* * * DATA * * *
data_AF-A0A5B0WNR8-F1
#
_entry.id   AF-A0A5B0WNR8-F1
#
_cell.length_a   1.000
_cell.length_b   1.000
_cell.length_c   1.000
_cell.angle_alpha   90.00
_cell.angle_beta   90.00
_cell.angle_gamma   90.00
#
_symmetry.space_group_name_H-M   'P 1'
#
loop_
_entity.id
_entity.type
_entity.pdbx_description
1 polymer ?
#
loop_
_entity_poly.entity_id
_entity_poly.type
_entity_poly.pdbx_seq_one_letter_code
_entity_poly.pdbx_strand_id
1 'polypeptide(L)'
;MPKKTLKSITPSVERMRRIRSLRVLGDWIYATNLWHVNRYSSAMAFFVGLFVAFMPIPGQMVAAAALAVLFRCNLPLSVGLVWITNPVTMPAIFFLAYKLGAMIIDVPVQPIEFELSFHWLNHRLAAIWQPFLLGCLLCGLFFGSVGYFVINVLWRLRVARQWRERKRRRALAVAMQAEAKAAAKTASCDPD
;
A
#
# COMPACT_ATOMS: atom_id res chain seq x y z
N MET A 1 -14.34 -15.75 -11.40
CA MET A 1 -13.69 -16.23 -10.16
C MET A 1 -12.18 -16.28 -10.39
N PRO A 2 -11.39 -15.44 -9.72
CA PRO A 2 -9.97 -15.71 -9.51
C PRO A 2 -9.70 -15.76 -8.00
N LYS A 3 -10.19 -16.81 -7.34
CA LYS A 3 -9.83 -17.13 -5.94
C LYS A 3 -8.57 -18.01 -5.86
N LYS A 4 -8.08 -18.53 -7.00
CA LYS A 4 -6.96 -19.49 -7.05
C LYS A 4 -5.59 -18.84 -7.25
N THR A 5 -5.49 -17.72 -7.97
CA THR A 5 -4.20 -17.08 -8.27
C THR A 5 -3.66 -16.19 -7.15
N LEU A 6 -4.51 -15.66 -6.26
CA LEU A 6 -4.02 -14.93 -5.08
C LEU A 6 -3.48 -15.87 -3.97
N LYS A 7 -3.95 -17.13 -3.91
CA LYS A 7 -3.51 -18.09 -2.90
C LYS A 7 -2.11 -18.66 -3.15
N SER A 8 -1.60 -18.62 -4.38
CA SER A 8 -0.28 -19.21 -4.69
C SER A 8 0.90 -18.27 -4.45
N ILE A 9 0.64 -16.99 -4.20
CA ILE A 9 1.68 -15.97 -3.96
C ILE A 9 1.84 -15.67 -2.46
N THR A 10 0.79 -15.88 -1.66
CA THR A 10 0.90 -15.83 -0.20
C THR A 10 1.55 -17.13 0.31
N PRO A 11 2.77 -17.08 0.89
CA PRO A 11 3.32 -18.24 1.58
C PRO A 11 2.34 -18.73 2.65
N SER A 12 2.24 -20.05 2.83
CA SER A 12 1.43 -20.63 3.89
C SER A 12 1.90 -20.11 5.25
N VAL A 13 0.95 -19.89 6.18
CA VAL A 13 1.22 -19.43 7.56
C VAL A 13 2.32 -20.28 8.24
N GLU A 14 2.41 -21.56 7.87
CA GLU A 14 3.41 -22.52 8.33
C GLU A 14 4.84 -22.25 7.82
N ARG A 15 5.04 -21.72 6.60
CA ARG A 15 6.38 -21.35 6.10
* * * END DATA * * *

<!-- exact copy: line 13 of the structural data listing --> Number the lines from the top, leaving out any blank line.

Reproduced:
#